The new party was created as an act of defiance against what activists denounced as the Slave Power—the powerful class of slaveholders who were conspiring to control the federal government and to spread slavery nationwide. The new party emphasized a vision of modernizing higher education, banking, railroads, industry, and cities, while promising free homesteads to farmers. The party initially had its base in the Northeast and Midwest. The party enjoyed its first national convention in Pittsburgh in February of 1856, with its first nominating convention coming that summer in Philadelphia.[41] Image File history File links Metadata No higher resolution available. ... Image File history File links Metadata No higher resolution available. ... John C. Frémont John Charles Frémont (January 21, 1813-July 13, 1890), birth name John Charles Fremon [Harvey, p. ... The Slave Power was the term used in the Northern United States in the period 1840-1865 to describe the political power of the slaveholding class in the South. ... Regional definitions vary The Northeastern United States is a region of the United States. ... This article is about the Midwestern region in the United States. ... City nickname: The Steel City Location in the state of Pennsylvania Founded 1758 Mayor Tom Murphy (Dem) Area  - Total  - Water 151. ... For other uses, see Philadelphia (disambiguation) and Philly. ...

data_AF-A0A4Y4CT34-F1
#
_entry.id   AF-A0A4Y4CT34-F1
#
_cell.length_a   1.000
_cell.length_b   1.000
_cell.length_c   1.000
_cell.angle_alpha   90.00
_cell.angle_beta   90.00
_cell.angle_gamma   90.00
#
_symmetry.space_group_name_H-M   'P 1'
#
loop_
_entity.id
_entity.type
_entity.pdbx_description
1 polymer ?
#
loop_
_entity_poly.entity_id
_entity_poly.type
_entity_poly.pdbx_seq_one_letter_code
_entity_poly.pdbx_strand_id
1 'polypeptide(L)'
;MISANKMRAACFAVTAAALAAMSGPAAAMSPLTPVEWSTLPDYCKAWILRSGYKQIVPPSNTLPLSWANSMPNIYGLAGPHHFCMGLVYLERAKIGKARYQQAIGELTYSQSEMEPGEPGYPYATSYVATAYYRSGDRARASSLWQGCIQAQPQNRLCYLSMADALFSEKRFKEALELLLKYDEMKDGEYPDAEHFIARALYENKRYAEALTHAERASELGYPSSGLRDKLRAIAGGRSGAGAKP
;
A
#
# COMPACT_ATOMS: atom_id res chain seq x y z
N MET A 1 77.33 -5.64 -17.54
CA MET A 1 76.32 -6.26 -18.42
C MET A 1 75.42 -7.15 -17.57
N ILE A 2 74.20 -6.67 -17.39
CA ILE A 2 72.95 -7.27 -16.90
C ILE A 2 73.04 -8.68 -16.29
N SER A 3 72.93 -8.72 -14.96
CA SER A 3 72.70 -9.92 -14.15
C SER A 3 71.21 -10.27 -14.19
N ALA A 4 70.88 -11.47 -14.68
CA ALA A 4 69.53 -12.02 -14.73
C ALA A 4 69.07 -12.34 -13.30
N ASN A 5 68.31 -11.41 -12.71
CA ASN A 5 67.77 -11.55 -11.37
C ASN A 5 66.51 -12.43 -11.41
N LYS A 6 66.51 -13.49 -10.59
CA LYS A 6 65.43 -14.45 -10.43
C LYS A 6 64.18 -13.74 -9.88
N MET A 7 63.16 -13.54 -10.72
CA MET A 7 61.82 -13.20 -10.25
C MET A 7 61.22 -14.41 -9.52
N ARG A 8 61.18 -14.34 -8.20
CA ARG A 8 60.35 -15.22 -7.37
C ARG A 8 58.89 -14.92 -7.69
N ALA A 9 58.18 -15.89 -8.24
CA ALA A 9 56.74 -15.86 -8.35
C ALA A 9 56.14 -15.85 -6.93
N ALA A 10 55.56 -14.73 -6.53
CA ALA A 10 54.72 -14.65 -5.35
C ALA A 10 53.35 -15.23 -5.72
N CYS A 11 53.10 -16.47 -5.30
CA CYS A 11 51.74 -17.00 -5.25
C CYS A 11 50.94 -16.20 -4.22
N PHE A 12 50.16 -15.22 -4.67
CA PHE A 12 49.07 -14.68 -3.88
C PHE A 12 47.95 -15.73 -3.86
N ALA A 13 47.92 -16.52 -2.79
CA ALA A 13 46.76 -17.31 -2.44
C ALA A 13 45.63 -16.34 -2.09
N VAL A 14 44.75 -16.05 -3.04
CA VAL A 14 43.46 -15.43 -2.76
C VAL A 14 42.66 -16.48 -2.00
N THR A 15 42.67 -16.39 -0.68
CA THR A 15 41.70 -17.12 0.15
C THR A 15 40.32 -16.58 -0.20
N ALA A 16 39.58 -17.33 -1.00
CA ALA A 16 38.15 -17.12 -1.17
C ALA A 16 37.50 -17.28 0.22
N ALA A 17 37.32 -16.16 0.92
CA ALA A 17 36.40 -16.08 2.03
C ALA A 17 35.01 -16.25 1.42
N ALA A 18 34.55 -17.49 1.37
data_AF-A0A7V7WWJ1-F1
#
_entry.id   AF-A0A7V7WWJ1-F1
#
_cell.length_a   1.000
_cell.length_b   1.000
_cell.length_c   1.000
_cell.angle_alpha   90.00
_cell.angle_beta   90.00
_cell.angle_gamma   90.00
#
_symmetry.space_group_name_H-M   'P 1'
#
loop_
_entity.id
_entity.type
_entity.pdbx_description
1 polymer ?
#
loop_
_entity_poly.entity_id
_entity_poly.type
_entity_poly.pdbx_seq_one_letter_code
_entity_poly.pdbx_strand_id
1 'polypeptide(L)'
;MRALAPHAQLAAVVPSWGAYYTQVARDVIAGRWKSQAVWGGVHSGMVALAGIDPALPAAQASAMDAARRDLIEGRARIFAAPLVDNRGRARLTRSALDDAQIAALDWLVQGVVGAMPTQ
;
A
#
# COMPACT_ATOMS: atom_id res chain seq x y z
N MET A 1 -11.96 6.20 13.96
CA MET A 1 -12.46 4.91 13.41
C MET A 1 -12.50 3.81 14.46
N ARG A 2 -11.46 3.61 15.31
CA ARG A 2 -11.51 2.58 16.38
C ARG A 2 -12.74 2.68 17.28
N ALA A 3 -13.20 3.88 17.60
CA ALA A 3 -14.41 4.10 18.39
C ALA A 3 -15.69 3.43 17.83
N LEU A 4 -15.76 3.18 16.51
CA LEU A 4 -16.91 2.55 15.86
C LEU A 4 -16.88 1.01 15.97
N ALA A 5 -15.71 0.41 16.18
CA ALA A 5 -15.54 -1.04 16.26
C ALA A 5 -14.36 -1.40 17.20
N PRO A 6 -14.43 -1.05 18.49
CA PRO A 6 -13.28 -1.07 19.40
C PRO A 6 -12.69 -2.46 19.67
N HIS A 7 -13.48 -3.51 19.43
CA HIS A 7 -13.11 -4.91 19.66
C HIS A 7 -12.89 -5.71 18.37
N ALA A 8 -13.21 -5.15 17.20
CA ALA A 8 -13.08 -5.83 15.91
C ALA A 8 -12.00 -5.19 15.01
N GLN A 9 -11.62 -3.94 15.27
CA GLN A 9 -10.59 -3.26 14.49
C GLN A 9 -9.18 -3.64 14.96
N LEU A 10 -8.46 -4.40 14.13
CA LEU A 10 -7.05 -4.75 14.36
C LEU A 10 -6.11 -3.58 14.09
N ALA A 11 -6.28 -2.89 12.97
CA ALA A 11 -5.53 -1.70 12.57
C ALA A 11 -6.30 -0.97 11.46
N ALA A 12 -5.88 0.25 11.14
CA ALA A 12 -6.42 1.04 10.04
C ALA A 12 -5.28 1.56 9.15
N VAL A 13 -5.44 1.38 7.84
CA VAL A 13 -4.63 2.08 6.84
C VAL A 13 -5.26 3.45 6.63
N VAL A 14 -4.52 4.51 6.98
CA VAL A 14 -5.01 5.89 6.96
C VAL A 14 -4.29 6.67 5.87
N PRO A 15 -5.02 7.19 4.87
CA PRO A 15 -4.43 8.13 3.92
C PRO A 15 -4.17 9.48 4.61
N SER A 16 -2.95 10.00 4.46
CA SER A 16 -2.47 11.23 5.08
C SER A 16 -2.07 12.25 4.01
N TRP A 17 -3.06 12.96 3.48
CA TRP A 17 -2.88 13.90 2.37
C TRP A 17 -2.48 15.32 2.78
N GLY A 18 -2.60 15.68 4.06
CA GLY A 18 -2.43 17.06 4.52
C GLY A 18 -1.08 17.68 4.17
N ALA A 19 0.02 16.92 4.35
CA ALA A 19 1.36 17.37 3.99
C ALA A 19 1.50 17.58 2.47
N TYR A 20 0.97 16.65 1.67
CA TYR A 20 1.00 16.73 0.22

John C. Frémont ran as the first Republican nominee for President, using the slogan: "Free soil, free labor, free speech, free men, Frémont." Although Frémont lost, his party showed a strong base. It dominated in New England, New York, and the northern Midwest, and had a strong presence in the rest of the North. It had almost no support in the South, where it was roundly denounced in 1856-1860 as a divisive force that threatened civil war.[36] John Charles Frémont (January 21, 1813 – July 13, 1890), was an American military officer, explorer, the first candidate of the Republican Party for the office of President of the United States, and the first presidential candidate of a major party to run on a platform in opposition to slavery. ... This article is about the region in the United States of America. ...